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Which of these two forces is stronger: The force of static friction or the force of kinetic friction? I am having a hard time understanding this concept of friction, so please explain your answer!

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    $\begingroup$ This will depend very much on the materials/systems you are considering. But in general, it is harder to put an object in motion than to keep it moving. $\endgroup$
    – Demosthene
    Apr 30, 2015 at 15:28
  • $\begingroup$ This is the part I don't understand. Why is it harder to put an object in motion than to keep it moving ? $\endgroup$
    – Al.Ka
    Apr 30, 2015 at 15:53
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    $\begingroup$ See the answer to this question and this hyperphysics page. $\endgroup$
    – Demosthene
    Apr 30, 2015 at 15:59

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Looking very close at the surfaces that touch at friction, this is an illustration

enter image description here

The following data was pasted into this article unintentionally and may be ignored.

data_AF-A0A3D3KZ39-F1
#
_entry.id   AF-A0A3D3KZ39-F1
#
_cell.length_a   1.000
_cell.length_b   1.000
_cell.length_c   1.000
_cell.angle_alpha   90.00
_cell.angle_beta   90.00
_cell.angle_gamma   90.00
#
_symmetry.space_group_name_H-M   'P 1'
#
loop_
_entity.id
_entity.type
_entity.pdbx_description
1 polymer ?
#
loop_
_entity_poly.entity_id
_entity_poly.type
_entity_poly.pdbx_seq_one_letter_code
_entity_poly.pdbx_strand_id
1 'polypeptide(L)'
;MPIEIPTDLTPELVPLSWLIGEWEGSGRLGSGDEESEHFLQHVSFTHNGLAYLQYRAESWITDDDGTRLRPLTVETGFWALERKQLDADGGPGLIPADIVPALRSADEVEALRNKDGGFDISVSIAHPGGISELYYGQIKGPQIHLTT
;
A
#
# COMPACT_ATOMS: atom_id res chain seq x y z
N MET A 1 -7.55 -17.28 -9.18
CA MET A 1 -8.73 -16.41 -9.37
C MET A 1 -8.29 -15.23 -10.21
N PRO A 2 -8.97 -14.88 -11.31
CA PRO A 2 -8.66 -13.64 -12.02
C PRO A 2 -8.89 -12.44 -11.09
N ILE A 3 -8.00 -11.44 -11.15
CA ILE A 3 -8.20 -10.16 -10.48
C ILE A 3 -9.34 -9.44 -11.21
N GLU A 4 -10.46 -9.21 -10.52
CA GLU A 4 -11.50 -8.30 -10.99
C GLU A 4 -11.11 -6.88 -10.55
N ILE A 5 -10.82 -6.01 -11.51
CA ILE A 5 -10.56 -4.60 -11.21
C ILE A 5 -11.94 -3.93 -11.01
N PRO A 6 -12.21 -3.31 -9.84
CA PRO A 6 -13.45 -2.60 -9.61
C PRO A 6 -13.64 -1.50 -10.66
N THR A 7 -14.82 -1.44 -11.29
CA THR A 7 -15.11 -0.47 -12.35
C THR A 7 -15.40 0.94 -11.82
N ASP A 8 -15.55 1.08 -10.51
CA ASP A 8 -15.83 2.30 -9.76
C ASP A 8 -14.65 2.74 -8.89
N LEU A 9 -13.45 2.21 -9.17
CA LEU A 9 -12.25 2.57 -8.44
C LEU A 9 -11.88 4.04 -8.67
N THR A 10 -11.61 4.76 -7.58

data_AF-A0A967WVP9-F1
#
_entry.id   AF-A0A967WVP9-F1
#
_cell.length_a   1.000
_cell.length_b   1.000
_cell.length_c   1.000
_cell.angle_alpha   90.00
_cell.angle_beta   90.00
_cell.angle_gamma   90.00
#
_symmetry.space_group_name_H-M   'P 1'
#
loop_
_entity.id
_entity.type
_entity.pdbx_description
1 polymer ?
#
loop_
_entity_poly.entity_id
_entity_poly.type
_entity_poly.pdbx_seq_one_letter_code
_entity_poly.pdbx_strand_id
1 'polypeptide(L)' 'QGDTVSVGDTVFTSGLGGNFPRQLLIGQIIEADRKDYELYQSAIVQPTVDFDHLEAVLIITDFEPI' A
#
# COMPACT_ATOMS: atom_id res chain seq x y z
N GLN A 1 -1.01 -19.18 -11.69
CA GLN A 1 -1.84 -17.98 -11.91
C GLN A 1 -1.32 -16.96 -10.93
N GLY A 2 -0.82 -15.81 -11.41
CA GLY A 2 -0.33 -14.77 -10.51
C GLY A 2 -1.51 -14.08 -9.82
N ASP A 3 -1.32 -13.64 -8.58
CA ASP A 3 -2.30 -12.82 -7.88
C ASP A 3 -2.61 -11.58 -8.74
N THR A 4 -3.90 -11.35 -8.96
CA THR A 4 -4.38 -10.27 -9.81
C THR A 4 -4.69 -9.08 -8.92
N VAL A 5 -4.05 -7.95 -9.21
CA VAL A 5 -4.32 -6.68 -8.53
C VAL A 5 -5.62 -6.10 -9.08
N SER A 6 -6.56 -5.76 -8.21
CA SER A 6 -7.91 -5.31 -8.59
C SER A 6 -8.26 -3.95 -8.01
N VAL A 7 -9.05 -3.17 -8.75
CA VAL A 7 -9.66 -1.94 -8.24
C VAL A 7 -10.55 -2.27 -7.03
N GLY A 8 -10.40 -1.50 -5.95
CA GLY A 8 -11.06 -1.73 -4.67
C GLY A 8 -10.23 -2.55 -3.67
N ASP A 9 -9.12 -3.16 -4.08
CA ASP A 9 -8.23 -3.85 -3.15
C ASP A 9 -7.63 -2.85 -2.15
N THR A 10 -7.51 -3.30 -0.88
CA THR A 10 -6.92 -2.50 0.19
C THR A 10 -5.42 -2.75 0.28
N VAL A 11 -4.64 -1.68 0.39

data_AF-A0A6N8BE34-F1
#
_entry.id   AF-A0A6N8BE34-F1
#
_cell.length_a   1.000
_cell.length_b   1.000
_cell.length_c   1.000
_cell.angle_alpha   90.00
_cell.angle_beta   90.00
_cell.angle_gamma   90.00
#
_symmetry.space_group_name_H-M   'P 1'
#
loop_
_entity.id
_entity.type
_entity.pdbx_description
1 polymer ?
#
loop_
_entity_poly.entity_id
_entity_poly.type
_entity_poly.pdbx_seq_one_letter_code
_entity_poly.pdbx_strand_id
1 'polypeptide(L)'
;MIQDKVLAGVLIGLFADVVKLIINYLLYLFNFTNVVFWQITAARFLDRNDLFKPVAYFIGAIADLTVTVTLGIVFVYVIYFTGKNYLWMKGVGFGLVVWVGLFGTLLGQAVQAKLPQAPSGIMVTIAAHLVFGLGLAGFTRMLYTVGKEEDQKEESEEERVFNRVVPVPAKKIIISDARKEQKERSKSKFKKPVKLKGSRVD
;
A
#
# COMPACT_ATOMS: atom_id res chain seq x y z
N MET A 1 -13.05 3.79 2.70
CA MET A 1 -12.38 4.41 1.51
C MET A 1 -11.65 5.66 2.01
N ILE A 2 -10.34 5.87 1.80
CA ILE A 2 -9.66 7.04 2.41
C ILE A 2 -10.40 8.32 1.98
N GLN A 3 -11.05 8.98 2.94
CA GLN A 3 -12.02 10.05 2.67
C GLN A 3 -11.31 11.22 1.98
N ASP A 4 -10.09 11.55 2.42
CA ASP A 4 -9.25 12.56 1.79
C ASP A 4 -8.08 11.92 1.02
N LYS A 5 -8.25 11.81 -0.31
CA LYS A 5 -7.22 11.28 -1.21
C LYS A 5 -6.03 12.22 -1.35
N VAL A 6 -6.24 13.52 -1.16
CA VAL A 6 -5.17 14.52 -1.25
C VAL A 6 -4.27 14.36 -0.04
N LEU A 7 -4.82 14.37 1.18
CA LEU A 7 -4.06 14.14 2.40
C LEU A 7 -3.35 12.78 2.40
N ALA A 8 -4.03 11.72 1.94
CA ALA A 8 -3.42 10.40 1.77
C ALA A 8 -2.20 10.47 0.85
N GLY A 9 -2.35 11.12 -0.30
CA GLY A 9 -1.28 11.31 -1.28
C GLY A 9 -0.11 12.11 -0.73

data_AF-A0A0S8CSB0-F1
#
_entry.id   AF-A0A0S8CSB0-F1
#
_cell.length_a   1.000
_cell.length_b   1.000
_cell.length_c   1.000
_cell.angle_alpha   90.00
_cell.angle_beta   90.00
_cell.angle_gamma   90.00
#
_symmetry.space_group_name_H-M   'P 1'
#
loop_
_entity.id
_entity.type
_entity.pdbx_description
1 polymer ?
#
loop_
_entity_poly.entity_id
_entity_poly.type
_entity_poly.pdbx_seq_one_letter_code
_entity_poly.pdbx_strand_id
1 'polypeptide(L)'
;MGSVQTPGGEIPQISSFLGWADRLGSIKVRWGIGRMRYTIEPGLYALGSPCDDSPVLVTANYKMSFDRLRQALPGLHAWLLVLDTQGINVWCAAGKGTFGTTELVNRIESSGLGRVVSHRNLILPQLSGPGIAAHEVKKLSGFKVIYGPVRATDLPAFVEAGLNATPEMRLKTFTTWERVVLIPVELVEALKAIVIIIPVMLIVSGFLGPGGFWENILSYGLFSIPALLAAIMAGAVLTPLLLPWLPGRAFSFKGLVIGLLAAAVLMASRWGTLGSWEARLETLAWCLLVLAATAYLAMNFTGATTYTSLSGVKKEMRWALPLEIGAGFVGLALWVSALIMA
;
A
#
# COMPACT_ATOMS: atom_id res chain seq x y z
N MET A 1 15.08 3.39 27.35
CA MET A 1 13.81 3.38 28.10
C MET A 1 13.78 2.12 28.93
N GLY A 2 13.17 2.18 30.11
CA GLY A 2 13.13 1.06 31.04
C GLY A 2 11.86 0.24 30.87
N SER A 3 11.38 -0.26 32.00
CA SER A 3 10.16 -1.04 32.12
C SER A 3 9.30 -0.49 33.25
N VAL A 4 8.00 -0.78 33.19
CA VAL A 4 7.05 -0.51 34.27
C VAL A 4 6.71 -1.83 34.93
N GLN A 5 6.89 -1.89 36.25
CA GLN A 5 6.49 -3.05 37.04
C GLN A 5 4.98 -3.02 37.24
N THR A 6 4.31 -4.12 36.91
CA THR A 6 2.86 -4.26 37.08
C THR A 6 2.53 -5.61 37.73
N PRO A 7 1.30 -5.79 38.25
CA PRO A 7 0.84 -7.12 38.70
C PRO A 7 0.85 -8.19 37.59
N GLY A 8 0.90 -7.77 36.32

Both surfaces are rough. They have ticks, holes, gabs, pits, spikes, and edges on the microscopic level. The smoother, the lower the coefficient of friction $\mu$. This constant is thus to be considered as a combined "roughness" between these two surfaces.

Intuitively and in general:

Kinetic friction is the situation where the surfaces are moving relative to each other. The surfaces are not being allowed to relax and "sink" into the depth of the gabs. At this point they slide over each other a bit higher than if they "fell" into the holes completely.

For static friction the surfaces relax and spikes fall into nearby pits as deep as possible. From here it is harder to start again, and friction holds tighter.

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When two surfaces are at rest, the only friction between them is static friction. Static friction is a force, and takes a value between 0 and $F_{max} = \mu_\mathrm{s} F_{n}$

When two surfaces are in relative motion, the only friction between them is kinetic friction. Kinetic friction is a force and has a constant value of $F_{k} = \mu_\mathrm{k} F_{n}$

Generally we find that the coefficient of kinetic friction is less than that for static friction for most substances, i.e. once you get an object moving it's easier to keep it moving. However, there is some research into cases where the opposite may be true.

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